Recognizing that the automobile has changed very little since its introduction over a century ago, the Progressive Insurance Automotive X Prize competition was created to spur innovation in the area. The competition offered a top prize of $10 million, to be awarded to the team that could create a safe, clean, production-capable, well-performing vehicle that gets over 100 miles per gallon equivalent. The team that took away that prize was Edison2, which was founded by Virginia real estate developer and automotive entrepreneur Oliver Kuttner.
Edison2 is designing beyond the electric car and its infrastructure and battery recycling issues, developing a vehicle that achieves fuel efficiency through the absolute virtues of low weight and low aerodynamic drag. The “Very Light Car” weighs only 830 pounds and gets more than 110 miles per gallon in combined city and highway driving. Edison2’s Very Light Car is powered by a one-cylinder, 250cc internal combustion engine fueled by E85 that eliminates the weight of batteries in an electric or hybrid ride. “We entered the competition expecting to build an electric or electric-hybrid vehicle,” says Brad Jaeger, director of R&D at Edison2. “But our early analyses showed that instead of lugging around hundreds of pounds of batteries, a car would get better mileage if it were lightweight and had low aerodynamic drag.”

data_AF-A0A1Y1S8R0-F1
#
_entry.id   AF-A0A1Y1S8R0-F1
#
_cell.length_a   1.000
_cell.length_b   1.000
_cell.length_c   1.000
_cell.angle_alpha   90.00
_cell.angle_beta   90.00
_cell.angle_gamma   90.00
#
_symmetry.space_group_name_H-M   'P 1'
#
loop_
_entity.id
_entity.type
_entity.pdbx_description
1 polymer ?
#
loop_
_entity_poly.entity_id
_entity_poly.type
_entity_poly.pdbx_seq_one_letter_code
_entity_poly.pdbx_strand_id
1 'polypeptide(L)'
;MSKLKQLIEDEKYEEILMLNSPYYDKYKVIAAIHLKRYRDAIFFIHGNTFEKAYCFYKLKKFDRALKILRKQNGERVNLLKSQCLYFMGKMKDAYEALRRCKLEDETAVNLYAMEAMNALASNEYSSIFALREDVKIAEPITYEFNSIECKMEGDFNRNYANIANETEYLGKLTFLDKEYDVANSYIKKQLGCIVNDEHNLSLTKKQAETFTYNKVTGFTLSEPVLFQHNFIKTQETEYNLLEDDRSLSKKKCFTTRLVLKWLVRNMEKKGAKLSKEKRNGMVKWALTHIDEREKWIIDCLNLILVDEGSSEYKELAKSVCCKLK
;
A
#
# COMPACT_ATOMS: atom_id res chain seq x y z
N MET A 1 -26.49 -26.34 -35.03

The company has also cut out features like power seats or door locks which have made vehicles heavier, requiring more energy for propulsion. Safety is enhanced through collapsible space and a shape that deflects impact. Edison2’s low-mass vehicle is composed mostly of recyclable aluminum and steel, its production is highly energy efficient and does not involve rare or hazardous materials. The design principles of the Very Light Car apply regardless of power source and Edison2 has designed an electric version of the vehicle that achieves 350 miles per gallon on the highway, setting a new standard for 4-passenger electric car efficiency. “The Very Light Car has the potential to be the car platform of the future,” says Jaeger, giving hope for a dramatic paradigm shift in the automotive industry in the near-term.